As environmental concerns increase, researchers, policy makers, and the public in general are becoming more interested in options to make energy more sustainable while at the same time ensuring that energy systems are affordable, reliable, and resilient. This dynamic is bringing about challenges across the world, as established energy systems (such as those in cities) must be enhanced to integrate large volumes of renewable energy sources (RES), while new or evolving systems (for instance, in developing economies) must be planned to manage the increasingly extreme conditions associated with climate change.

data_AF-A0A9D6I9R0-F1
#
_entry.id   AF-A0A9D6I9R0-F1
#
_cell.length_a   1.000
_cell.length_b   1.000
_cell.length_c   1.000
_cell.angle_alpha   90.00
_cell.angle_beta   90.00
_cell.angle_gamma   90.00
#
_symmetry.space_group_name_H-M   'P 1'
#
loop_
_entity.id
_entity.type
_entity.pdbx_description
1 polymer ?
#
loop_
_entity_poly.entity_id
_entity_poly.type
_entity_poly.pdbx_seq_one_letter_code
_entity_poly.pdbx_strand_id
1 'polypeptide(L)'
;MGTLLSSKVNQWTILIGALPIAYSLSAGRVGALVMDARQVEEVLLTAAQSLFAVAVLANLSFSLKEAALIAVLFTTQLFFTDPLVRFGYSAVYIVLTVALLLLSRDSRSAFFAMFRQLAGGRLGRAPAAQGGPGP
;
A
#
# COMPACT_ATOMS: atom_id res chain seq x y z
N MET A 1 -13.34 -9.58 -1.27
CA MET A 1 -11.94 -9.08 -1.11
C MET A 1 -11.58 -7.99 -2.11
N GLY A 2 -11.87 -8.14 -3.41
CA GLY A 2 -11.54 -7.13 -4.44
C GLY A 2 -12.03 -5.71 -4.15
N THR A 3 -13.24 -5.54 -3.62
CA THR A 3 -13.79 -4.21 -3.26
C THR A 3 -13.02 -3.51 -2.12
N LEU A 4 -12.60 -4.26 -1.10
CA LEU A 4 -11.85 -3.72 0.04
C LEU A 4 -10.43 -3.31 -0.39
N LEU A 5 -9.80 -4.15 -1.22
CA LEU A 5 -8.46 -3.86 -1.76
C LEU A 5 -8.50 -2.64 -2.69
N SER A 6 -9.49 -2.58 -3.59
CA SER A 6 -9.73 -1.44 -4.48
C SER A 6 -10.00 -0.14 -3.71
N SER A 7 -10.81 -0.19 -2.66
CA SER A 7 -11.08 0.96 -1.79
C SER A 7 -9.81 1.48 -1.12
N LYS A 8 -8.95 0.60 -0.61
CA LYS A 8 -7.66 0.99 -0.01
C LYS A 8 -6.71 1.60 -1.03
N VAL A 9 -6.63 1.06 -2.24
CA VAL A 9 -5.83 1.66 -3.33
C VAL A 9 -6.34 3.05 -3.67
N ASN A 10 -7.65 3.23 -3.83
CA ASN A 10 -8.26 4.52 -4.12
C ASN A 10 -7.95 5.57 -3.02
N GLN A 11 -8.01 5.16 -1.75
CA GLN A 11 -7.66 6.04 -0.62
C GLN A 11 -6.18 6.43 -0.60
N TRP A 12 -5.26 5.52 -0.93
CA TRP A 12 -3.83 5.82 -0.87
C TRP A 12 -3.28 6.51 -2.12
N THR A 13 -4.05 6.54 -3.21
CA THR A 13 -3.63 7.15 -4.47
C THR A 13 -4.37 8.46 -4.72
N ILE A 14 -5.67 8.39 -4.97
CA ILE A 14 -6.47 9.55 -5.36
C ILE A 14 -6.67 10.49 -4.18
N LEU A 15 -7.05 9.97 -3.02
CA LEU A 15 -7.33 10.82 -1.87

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Worldwide, there are unstoppable forces toward low-carbon power systems that can support the fight against climate change and help solve the security of supply issues in many countries. Low-carbon grids are likely to be characterized by substantial renewable energy sources, both centralized and distributed, combined with intelligent and dynamic demand-side technology and multisector electrification (including heating, transport, and future fuels). In this context, successfully resolving the “affordability-sustainability-reliability” energy trilemma is crucial for paving the way to low-carbon energy futures.
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